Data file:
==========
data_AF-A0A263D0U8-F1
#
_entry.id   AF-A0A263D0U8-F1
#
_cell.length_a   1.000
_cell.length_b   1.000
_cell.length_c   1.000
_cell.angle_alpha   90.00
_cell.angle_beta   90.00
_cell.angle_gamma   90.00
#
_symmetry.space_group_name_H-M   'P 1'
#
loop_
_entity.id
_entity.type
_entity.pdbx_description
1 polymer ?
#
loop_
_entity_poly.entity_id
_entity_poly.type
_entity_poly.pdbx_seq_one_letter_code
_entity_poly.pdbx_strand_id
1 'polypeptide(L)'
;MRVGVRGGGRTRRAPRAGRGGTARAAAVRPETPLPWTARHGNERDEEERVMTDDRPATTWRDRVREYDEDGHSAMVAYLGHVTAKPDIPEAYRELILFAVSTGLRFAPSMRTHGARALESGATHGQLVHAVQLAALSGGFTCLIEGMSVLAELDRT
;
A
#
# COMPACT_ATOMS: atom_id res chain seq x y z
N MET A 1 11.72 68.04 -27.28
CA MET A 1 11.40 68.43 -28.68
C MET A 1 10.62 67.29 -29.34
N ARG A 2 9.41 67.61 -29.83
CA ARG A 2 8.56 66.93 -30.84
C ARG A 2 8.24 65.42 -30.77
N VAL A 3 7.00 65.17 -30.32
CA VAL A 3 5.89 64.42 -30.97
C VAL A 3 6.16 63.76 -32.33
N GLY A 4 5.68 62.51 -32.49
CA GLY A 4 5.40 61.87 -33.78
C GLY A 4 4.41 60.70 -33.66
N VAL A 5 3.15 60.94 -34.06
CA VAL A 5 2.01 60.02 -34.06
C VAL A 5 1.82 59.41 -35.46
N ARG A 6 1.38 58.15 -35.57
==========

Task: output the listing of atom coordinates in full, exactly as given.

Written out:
data_AF-A0A263D0U8-F1
#
_entry.id   AF-A0A263D0U8-F1
#
_cell.length_a   1.000
_cell.length_b   1.000
_cell.length_c   1.000
_cell.angle_alpha   90.00
_cell.angle_beta   90.00
_cell.angle_gamma   90.00
#
_symmetry.space_group_name_H-M   'P 1'
#
loop_
_entity.id
_entity.type
_entity.pdbx_description
1 polymer ?
#
loop_
_entity_poly.entity_id
_entity_poly.type
_entity_poly.pdbx_seq_one_letter_code
_entity_poly.pdbx_strand_id
1 'polypeptide(L)'
;MRVGVRGGGRTRRAPRAGRGGTARAAAVRPETPLPWTARHGNERDEEERVMTDDRPATTWRDRVREYDEDGHSAMVAYLGHVTAKPDIPEAYRELILFAVSTGLRFAPSMRTHGARALESGATHGQLVHAVQLAALSGGFTCLIEGMSVLAELDRT
;
A
#
# COMPACT_ATOMS: atom_id res chain seq x y z
N MET A 1 11.72 68.04 -27.28
CA MET A 1 11.40 68.43 -28.68
C MET A 1 10.62 67.29 -29.34
N ARG A 2 9.41 67.61 -29.83
CA ARG A 2 8.56 66.93 -30.84
C ARG A 2 8.24 65.42 -30.77
N VAL A 3 7.00 65.17 -30.32
CA VAL A 3 5.89 64.42 -30.97
C VAL A 3 6.16 63.76 -32.33
N GLY A 4 5.68 62.51 -32.49
CA GLY A 4 5.40 61.87 -33.78
C GLY A 4 4.41 60.70 -33.66
N VAL A 5 3.15 60.94 -34.06
CA VAL A 5 2.01 60.02 -34.06
C VAL A 5 1.82 59.41 -35.46
N ARG A 6 1.38 58.15 -35.57